CCI slaps INR 52 crore penalty on BCCI for abuse of dominant position
CCI slaps INR 52 crore penalty on BCCI for abuse of dominant position

The Competition Commission of India (CCI) has imposed a fine of INR 52.24 crore on the Board of Control for Cricket in India (BCCI) for anti-competitive practices with respect to IPL media rights. Earlier in 2013 also, the watchdog had penalized the cricket board to the tune of INR 52.24 crore but erstwhile Competition Appellate Tribunal (COMPAT) had set aside the CCI's order in February 2015 and asked the CCI to look into the matter afresh.

Subsequently, the CCI had directed the Director General (DG) to conduct the further probe. The DG had filed its supplementary investigation report in March 2016. After taking into consideration the supplementary report and submissions by the cricket body and DG, the CCI has passed the latest order.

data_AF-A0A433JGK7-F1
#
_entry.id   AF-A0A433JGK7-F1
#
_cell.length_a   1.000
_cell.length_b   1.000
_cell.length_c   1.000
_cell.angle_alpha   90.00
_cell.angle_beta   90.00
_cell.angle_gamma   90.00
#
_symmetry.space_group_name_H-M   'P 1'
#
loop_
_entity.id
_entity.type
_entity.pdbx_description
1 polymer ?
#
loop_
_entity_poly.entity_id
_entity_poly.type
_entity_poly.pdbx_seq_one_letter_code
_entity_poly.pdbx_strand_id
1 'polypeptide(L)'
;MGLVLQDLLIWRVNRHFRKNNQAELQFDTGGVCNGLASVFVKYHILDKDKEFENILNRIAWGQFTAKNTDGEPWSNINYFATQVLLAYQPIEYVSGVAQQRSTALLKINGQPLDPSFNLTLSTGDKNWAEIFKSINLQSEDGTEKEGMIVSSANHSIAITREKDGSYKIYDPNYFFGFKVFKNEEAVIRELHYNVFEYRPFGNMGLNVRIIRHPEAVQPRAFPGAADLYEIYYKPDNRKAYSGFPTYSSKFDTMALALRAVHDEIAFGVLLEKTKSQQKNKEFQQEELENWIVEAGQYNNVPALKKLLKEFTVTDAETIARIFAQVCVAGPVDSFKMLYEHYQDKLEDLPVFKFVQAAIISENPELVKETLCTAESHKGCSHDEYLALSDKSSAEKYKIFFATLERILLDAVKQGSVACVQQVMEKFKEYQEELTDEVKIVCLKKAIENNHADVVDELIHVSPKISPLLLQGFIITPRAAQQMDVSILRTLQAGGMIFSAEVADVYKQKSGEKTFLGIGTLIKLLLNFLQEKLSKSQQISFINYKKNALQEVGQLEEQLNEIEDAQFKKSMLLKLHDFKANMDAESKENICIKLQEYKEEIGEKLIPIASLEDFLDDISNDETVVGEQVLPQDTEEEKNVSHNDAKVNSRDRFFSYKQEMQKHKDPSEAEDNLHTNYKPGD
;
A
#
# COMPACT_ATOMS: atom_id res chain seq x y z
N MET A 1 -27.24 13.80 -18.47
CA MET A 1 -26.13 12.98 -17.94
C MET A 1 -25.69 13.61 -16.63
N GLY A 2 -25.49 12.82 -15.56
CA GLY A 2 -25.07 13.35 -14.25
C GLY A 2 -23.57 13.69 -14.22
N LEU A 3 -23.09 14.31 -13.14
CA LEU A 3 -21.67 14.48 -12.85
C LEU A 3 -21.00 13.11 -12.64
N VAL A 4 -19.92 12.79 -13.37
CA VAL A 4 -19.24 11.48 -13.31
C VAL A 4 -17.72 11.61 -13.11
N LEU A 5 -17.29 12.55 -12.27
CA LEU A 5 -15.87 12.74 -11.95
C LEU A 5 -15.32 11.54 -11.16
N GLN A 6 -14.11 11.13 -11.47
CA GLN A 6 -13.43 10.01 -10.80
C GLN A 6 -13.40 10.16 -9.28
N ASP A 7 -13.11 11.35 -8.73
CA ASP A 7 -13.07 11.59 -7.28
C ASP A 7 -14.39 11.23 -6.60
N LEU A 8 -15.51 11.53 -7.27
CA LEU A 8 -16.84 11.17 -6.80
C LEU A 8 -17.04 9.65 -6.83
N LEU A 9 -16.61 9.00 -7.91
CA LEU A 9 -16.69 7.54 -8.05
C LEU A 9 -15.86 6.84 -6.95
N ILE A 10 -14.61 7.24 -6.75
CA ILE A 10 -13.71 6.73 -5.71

For the case, the CCI considered 'organization of professional domestic cricket leagues/ events in India' as the relevant market. "The assessment of the Commission clearly brings out that the impugned clause in the Indian Premier League (IPL)  Media Rights Agreement has been pursued by BCCI consciously to protect the commercial interest of the bidders of broadcasting rights as well as the economic interest of BCCI," the order noted.

The regulator noted that denial of market access is one of the severe forms of abuse of dominant position. "After assuming a monopoly of IPL for a sustained period of ten years by excluding all potential competition, there is no reason for BCCI or anyone to expect a proposal for the organization of a similar league," the order said.

The penalty of INR 52.24 crore comes to nearly 4.48% of the average of the BCCI's relevant turnover during the last three financial years. The average turnover of Rs 1,164.7 crore is for three financial years -- 2013-14, 2014-15 and 2015-16. Although at present, the average of the relevant turnover is slightly higher than the one which was considered by the CCI while passing the order in February 2013, the regulator said it prefers to maintain the penalty amount.